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Redlands, a comic pitting witches against Florida racists, is a perfect Halloween read

Redlands explores two American nightmares: witches and Florida.

An image from the Redlands comic book.
Redlands/Del Rey/Image Comics
Alex Abad-Santos is a senior correspondent who explains what society obsesses over, from Marvel and movies to fitness and skin care. He came to Vox in 2014. Prior to that, he worked at the Atlantic.

Dying in Florida is a great American nightmare.

It’s the crux of Flannery O’ Connor’s “A Good Man Is Hard To find,” a ghoulish morsel of a story about a bossy grandmother’s aversion to the Sunshine State and the murderer it harbors. “I wouldn’t take my children in any direction with a criminal like that aloose in it,” she insists. “I couldn’t answer to my conscience if I did.”

While the unnamed grandmother in O’Connor’s story was talking about a very specific murderer known as the Misfit, she could’ve been easily referring to the characters in Redlands, an addictive, caustic comic book about a horrific little town in Florida.

Writer Jordie Bellaire and artist Vanessa R. Del Rey’s story reveals itself in the chewed-up town of Redlands, Florida, circa 1977. The town is rotting from the inside out. The men in charge of the police force are crooked, some of them racist, and they’ve tilted everything in their favor.

Now, a coven of witches wants to hear what it sounds like when powerful men have their necks snapped.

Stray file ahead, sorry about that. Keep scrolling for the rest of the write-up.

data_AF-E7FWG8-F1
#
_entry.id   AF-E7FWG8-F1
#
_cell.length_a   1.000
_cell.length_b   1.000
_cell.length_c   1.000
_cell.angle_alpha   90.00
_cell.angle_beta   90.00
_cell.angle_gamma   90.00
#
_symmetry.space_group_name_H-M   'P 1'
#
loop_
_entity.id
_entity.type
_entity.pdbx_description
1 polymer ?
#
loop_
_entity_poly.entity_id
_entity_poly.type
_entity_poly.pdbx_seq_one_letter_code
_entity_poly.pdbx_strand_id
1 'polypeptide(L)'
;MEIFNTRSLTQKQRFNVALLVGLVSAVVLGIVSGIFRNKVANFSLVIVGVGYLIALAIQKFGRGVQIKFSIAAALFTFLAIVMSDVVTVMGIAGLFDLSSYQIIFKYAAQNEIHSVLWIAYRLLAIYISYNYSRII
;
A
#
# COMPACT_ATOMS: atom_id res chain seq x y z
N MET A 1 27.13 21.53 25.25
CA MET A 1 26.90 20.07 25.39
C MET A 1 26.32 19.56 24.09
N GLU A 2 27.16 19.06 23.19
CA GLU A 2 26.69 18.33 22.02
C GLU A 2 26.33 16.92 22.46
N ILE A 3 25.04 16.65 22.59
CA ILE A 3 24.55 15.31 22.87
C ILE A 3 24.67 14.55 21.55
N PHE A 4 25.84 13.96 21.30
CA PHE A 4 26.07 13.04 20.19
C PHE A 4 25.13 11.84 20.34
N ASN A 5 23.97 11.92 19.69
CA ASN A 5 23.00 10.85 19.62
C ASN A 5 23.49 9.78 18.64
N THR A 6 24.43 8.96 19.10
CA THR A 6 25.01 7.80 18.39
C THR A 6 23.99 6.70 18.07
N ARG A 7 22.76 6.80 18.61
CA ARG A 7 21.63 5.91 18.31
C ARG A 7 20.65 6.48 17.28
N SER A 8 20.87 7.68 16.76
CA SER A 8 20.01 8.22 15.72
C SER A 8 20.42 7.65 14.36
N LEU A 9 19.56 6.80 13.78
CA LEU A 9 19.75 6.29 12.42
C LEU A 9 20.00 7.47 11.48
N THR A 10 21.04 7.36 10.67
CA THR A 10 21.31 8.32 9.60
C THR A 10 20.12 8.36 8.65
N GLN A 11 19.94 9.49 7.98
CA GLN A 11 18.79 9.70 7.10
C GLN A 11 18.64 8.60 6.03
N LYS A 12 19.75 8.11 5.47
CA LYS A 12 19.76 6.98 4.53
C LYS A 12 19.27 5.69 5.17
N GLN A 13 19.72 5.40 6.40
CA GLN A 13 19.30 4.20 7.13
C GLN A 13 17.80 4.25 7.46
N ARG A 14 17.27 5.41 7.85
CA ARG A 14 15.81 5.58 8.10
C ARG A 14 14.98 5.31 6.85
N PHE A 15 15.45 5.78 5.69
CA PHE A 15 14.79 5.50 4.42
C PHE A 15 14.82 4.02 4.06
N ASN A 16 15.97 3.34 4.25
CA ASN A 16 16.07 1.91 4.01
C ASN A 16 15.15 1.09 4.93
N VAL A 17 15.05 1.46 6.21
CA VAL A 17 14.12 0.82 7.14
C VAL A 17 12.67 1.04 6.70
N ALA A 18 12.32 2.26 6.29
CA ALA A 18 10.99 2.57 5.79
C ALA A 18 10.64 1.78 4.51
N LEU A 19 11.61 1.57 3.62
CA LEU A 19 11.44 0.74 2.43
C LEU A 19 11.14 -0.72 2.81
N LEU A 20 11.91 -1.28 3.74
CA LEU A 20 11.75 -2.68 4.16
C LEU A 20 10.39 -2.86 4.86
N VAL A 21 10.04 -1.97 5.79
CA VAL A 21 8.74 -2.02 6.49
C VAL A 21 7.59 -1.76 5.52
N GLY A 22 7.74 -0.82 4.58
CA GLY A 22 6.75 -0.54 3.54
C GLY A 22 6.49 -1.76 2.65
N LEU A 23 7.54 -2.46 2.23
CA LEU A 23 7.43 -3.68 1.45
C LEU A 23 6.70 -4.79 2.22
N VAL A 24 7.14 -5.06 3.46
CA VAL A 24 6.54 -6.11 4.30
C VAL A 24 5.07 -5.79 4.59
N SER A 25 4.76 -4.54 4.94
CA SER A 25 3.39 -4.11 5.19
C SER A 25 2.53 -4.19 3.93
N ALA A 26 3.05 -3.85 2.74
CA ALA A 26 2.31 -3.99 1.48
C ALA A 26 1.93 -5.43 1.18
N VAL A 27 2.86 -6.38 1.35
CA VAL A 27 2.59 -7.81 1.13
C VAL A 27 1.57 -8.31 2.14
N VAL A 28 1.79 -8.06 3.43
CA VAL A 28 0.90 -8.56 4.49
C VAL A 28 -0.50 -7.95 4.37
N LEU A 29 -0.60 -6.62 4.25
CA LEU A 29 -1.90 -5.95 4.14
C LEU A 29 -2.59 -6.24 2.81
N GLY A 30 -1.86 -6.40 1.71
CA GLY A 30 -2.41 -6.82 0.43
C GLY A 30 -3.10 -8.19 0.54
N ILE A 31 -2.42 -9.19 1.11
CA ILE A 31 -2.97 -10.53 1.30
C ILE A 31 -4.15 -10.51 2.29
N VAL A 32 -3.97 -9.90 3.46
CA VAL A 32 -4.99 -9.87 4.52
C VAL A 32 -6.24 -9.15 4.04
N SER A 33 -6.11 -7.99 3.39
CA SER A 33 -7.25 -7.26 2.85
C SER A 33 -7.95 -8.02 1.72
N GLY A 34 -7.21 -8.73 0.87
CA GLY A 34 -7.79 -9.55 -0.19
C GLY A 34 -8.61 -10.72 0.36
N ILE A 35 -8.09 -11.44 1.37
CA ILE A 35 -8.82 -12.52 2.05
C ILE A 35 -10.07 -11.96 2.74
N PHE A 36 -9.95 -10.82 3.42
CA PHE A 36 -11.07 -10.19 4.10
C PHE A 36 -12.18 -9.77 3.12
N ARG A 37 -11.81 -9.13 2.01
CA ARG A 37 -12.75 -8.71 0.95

Redlands/Del Rey/Image Comics

Redlands, now on its seventh issue (the first six have been collected in a trade paperback), is about a trio of witches seeking to recreate the titular town into something better by flexing their immense power, oftentimes violently. And Redlands does not flinch in the tendon-curling horror of that power: Del Rey’s art is gruesome and grisly — decapitation tends to be that way — but there’s a sophisticated elegance to it, as Del Rey elevates images of body horror, demons, and Satan into something chillingly mythical.

Fighting misogyny and racism with violent magic is an ostensible power fantasy. In these times especially, when we can’t seem to escape the news that the world is full of bad people, predominantly men, who violate women in shadows and are never punished, there’s something queasily poignant about reclaiming that violence and creating new institutions (or covens, if you will) to fight back.

But there’s something wilder going on in Redlands, too.

Redlands has yet to make entirely clear why these witches have specifically chosen this Floridian enclave, or what exactly drives them (sex? power? immortality? sex, power, and immortality?), nor do we really know what kind of rulers they’ll be. So while there’s something inherently satisfying in seeing the gruesome and terrifying befall the people, predominantly men, who deserve it, it’s a punishment the witches are not in complete control of; the coven is just a small taste of the wickedness in Redlands’s suffocating world.

In later issues, as we get to know what makes the witches tick, we see glimmers of their humanity, and inevitably their own vulnerability, too. In Redlands, there are beings, both human and inhuman, who are looking for their own kind of justice and retribution, and seeking to dispense their own kind of horror upon the world. Suffice to say, most of them don’t have the same moral baseline the witches do.

With each issue, Bellaire and Del Rey unfurl the bloody bits of the coven’s past, taking readers on a seductive ride into the horrifying witches’ den. Throw in the natural horrors of their vision of Redlands, Florida, and it makes for a perfect comic book read this Halloween season.